Agency Background The Department of Revenue is responsible for managing the state's tax systems. The department's operations are funded through appropriations from the General Fund. Governor Ventura appointed Matthew Smith as commissioner on January 20, 1999. During fiscal year 2001, the Department of Revenue collected approximately $11.3 billion from various tax programs, such as individual income, sales, corporate franchise, petroleum, environmental, gambling, cigarette and tobacco, alcohol, and insurance. The department's operations are primarily funded through General Fund appropriations. We focused this audit on selected administrative expenditures of the department, including payroll, rent, professional/ technical services, supplies, equipment, and travel. Total expenditures for department operations during fiscal year 2001 were approximately $102 million.

Financial-Related Audit Reports address internal control weaknesses and noncompliance issues found during our audits of state departments and agencies. The scope of our audit of selected department programs in this report was supplemental to the audit work performed as part of the annual Statewide Audit, the purpose of which is to render an opinion on the State of Minnesota's financial statements for fiscal year 2001. On December 7, 2001, we issued an unqualified opinion on the State of Minnesota's Comprehensive Annual Financial Report for the year ended June 30, 2001. We did not identify any financial statement findings or concerns as a result of our statewide audit work at the Department of Revenue.

Chapter 1. Introduction The Department of Revenue is responsible for managing the state's tax systems. Minnesota relies on the voluntary compliance of its citizens with those tax laws. The department works to promote compliance through several different efforts, including developing sound tax policies, educating citizens, providing expedient customer service, and providing administrative and enforcement services in the area of tax assessment collections. Governor Ventura appointed Matthew Smith as commissioner on January 20, 1999.

During fiscal year 2001, the Department of Revenue collected approximately $11.3 billion from various tax programs, such as individual income, sales, corporate franchise, petroleum, environmental, gambling, cigarette and tobacco, alcohol, and insurance. The department also oversees the uniform application of the property tax laws by providing instructions in property valuation and tax determination to county assessors, auditors, and treasurers. The department also pays out nearly $1 billion annually in state aid to counties, cities, towns, and special taxing districts. The current audit was supplemental to the work we performed during our annual Statewide Audit of the state's financial statements. The purpose of the Statewide Audit was to give an opinion on the State of Minnesota's Comprehensive Annual Financial Report. An unqualified opinion was issued on December 7, 2001, for the fiscal year ended June 30, 2001.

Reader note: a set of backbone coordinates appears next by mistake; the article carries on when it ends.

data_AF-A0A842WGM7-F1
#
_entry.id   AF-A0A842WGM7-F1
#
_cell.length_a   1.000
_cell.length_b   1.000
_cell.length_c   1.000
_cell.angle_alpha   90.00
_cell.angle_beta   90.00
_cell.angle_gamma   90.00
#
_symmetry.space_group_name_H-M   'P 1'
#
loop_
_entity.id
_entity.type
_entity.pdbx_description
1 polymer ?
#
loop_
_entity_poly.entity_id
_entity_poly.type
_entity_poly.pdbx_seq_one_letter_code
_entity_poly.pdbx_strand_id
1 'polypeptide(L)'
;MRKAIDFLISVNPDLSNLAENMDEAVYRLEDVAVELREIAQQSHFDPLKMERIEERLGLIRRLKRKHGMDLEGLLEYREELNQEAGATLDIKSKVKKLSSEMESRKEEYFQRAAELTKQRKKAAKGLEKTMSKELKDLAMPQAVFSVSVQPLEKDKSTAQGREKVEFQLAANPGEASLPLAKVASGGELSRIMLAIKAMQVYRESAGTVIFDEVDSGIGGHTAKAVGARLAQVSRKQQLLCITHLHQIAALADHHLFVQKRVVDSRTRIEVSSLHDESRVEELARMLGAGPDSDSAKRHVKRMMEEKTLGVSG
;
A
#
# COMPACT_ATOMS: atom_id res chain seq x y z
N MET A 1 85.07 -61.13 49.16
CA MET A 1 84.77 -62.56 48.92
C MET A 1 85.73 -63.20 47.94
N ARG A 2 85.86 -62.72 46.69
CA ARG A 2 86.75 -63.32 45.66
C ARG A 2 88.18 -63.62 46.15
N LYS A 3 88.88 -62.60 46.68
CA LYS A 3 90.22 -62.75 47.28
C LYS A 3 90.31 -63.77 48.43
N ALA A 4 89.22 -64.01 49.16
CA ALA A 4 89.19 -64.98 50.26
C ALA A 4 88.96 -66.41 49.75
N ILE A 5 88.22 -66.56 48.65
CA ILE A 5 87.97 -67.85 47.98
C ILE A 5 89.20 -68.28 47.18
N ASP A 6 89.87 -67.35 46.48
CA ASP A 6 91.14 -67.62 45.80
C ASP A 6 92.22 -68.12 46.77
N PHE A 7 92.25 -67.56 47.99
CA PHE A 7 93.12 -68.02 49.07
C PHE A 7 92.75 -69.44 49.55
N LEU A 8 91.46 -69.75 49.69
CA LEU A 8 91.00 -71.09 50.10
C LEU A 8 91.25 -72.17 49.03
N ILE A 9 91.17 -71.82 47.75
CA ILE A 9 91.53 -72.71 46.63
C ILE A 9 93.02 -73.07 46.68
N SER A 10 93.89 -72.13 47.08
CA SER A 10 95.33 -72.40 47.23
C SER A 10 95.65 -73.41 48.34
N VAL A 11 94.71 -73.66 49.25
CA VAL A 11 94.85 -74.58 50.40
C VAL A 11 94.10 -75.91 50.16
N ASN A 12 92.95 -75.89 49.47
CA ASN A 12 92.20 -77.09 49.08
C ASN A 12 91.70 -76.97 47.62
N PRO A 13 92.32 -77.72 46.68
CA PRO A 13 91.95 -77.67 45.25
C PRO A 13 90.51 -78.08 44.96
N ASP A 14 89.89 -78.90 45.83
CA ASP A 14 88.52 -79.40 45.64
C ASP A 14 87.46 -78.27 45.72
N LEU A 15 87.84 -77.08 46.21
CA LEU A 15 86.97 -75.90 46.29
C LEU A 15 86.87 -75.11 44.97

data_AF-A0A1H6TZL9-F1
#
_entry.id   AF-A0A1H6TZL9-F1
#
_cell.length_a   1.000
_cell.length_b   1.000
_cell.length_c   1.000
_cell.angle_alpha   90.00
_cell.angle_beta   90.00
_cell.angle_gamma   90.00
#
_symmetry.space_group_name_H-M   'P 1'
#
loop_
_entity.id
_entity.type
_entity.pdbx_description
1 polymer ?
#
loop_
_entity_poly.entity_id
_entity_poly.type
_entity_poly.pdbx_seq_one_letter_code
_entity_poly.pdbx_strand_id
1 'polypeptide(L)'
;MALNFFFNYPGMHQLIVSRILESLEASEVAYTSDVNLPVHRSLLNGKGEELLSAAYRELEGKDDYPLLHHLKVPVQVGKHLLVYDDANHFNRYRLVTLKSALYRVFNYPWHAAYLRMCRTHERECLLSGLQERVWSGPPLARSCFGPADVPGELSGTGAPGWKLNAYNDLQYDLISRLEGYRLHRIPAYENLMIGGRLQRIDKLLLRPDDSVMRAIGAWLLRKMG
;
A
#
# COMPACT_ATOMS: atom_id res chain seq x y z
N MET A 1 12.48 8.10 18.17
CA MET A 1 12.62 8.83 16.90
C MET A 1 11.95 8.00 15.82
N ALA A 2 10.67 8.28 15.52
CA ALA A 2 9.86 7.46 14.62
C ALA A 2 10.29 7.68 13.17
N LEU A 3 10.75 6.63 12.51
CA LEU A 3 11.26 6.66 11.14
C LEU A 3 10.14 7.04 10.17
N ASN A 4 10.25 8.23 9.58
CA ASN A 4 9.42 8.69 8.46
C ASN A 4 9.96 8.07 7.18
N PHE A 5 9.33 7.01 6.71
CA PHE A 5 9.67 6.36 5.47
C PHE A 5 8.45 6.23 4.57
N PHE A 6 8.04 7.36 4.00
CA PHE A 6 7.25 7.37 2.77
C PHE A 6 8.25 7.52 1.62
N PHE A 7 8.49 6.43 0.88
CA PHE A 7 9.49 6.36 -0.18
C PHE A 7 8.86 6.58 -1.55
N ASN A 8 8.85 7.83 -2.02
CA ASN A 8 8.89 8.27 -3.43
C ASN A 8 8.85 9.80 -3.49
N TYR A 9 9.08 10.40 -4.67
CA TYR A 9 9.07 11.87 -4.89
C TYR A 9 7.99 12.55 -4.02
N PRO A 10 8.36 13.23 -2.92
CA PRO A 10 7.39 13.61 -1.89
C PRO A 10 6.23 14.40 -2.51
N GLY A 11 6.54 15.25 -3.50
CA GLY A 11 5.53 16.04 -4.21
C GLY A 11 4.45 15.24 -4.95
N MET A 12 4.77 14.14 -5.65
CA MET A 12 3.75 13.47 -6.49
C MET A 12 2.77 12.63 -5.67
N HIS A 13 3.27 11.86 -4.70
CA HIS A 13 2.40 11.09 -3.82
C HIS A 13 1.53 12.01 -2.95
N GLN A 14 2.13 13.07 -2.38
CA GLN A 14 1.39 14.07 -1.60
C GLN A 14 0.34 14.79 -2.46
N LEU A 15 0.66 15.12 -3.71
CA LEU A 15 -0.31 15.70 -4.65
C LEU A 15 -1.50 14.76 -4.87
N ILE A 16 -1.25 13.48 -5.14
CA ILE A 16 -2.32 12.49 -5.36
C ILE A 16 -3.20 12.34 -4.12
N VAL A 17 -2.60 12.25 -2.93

The department's operations are primarily funded through General Fund appropriations. The department's administrative expenditures for fiscal year 2001 totaled approximately $102 million. We focused this audit on selected administrative expenditures of the department, including payroll, rent, professional/ technical services, supplies, equipment, and travel.

Chapter 2. Administrative Expenditures Chapter Conclusions The Department of Revenue's internal controls provided reasonable assurance that payroll and other administrative expenditures were properly authorized, adequately supported, and accurately recorded in the state's accounting and payroll systems. For the items tested, the department complied with material finance-related legal provisions relating to payroll, professional/ technical services, rent, supplies, and equipment.

The Department of Revenue incurs various costs to fund its operations and fulfill its mission. Total administrative expenditures for fiscal year 2001 were approximately $102 million, as shown in Table 2-1.

Table 2-1 Department of Revenue Summary of Administrative Expenditures Fiscal Year 2001

Expenditures: 2001 Employee Payroll $ 64,259,995 Professional/ Technical Services 14,416,261

Rent 7,595,241 Supplies and Equipment 5, 796,347 Travel 998,870 Other Operating Expenditures 8,676,119

Total Administrative Expenditures $101,742,833 Source: Minnesota Accounting and Procurement System through September 7, 2001.

Payroll Employee payroll represents the largest administrative expenditure for the department. For fiscal year 2001, the department's payroll costs were approximately $64 million or 63.2 percent of its total administrative expenditures. The department processes bi-weekly payroll transactions through the Department of Employee Relations' State Employment Management System (SEMA4).

Professional/ Technical Services The department contracts with outside vendors and other state agencies to provide goods and services to the department. The department's professional/ technical services and computer system and services expenditures for fiscal year 2001 totaled approximately $14.4 million. The department mainly used these services to develop, maintain, and enhance the many computerized systems used throughout the department.